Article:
Adrian Coles, director general at the Building Society Association, says: “Although the BSA was expecting a rate rise before the end of the year, we are quite surprised that the MPC has raised the base rate in August.
This is especially due to recent strong consumption data being largely consistent with the Bank’s own forecasts.
The rise suggests that the MPC has made a pre-emptive move to counteract inflationary pressure.
“The BSA has, given the optimism in the housing market, reminded potential borrowers not to over commit themselves, as a rate rise was predicted.
However, even with the rate rise we believe that most people will continue to be able to manage their debt commitments.
“Indeed around half of all building society outstanding loans are at fixed rates, the highest proportion for a number of years.
These borrowers will be protected from the rate rise.
“The rate rise could be beneficial for savers as cash deposit accounts become more attractive.
It could also give people a wake-up call to put something aside in preparation for less certain economic times.”
David Bexon, managing director of SmartNewHomes.com, says: The Bank of Englands announcement today that interest rates are to be increased by 0.25% can only be bad news, shaking consumer confidence in the market and further hampering struggling groups such as first-time buyers and young families from stepping on to or moving up the property ladder.
Young families in particular are facing a continuous battle to progress in todays housing market.
Increasing the cost of borrowing only furthers their plight, with many young families forced to remain in inadequate and unsuitable housing as they are unable find or afford suitable family homes.
Ketan Malde, finance director of Heritable Bank, says: The rise in the Bank of England base rate is clearly good news for savers; those with variable rate accounts will benefit now from increased interest rates, although those seeking new fixed rates have already begun to benefit as the money markets had already factored in todays rise in the Base Rate.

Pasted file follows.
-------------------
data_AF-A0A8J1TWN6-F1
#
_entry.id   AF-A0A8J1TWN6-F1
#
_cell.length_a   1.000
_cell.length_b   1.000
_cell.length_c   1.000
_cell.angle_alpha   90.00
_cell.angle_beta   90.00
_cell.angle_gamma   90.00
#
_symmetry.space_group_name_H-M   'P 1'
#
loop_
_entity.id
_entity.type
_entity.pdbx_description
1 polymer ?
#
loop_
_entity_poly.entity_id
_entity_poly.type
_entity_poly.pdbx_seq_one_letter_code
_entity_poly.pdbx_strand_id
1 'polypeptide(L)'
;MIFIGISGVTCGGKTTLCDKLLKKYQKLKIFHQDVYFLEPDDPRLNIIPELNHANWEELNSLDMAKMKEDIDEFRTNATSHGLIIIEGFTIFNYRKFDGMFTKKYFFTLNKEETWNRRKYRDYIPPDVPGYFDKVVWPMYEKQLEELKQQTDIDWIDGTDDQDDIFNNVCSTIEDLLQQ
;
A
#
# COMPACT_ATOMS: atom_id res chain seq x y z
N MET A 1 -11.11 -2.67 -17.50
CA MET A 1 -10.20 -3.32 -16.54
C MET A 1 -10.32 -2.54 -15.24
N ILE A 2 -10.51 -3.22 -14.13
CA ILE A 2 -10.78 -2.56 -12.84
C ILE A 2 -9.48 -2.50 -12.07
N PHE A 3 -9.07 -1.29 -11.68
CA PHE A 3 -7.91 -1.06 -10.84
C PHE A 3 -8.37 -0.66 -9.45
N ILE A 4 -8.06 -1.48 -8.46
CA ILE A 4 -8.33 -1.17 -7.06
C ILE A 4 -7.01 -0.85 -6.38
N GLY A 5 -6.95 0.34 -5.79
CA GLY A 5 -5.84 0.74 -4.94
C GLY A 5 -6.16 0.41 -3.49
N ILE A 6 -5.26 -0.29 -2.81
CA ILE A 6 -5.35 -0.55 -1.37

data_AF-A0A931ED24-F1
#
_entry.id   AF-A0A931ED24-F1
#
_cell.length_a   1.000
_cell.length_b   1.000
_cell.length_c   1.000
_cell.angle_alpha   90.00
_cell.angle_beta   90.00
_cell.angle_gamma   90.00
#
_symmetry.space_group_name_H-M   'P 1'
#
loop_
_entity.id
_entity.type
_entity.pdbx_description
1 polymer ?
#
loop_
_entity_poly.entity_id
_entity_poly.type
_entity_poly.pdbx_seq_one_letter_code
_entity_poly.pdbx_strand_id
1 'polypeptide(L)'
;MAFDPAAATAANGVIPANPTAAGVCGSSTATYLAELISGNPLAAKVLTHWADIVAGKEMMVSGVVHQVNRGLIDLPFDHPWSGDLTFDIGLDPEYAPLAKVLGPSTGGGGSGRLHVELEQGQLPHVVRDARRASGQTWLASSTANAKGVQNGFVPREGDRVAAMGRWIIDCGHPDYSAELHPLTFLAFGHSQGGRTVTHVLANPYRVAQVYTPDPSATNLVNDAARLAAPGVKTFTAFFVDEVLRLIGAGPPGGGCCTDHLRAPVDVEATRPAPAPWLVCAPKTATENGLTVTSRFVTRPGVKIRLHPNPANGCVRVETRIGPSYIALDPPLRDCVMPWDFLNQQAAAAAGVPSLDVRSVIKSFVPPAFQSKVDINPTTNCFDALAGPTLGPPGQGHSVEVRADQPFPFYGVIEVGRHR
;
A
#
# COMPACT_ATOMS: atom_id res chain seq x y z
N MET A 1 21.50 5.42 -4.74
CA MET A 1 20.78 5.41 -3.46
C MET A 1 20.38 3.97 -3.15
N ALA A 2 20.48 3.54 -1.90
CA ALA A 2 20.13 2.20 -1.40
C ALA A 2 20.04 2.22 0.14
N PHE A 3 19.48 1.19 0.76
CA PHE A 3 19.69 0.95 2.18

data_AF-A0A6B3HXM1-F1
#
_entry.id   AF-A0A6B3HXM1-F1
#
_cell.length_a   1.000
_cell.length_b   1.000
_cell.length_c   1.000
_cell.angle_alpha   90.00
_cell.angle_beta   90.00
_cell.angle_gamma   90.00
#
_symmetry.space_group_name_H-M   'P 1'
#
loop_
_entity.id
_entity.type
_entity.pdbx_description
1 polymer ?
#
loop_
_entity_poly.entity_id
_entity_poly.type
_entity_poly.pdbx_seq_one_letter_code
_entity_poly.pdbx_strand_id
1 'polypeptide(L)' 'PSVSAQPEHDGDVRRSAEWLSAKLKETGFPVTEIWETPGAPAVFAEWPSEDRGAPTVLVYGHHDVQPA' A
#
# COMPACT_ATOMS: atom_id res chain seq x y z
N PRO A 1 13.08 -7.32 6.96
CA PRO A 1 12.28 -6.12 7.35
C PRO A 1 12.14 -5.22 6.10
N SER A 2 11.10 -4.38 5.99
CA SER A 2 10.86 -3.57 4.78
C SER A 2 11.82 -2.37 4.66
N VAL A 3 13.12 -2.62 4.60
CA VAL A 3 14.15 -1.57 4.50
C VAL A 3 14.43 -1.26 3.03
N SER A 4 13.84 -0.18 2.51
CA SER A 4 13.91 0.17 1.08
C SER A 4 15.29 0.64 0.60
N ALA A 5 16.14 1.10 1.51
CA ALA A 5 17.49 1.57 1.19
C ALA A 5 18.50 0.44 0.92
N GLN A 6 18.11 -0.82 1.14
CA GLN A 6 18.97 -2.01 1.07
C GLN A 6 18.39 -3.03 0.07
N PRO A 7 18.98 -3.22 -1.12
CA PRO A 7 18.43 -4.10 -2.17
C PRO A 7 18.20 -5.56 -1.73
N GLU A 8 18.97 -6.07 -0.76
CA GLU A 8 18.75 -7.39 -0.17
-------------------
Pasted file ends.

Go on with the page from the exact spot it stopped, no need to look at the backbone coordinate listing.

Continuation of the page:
Conversely, the rate rise is not so good for borrowers, although those on LIBOR-linked rates, often buy-to-let investors, should find that the rise in Bank Base Rate has little impact on their mortgage interest payments as the LIBOR rates had already anticipated the Base Rate would rise.
Trevor Kent, former president of the National Association of Estate Agents, says: “Oh dear, here we go again – no sooner has the house market shown signs of recovery then mortgage repayment costs are hiked.
All the talk of ’help for first-time buyers and essential workers’ comes to nought just as many commentators had predicted.
“Whilst a single lift in home buyers’ monthly costs may not in itself dramatically increase hardship and repossessions, if buyers interpret this as the beginning of a trend of rises, rather than an isolated correction, then the lifeboats might see some action.
Now would be a perfect time for the government to look again at specific help for first-timers, perhaps with a return to mortgage interest rate tax relief and roll-over schemes to enable parents to give money to children and grand children specifically for house purchase that avoids both Gift Tax and Inheritance Tax.
“A rise in mortgage rates is the last thing anyone relishes, but for the maisonette and studio brigade it could easily spell disaster.
Bob Pannell, head of research and information at the Council of Mortgage Lenders, says: “Today’s rate rise has been anticipated by the market for a number of months, and is in line with our forecasts.
While the rise might come as unwelcome news for hard-pressed borrowers, timely action by the Bank of England should limit the extent to which rate rises are needed in future.”
“Sentiment in the mortgage market is closely linked to interest rates, so in the coming months there is likely to be some moderation in the recent record levels of mortgage lending.
We have been forecasting this for some time.”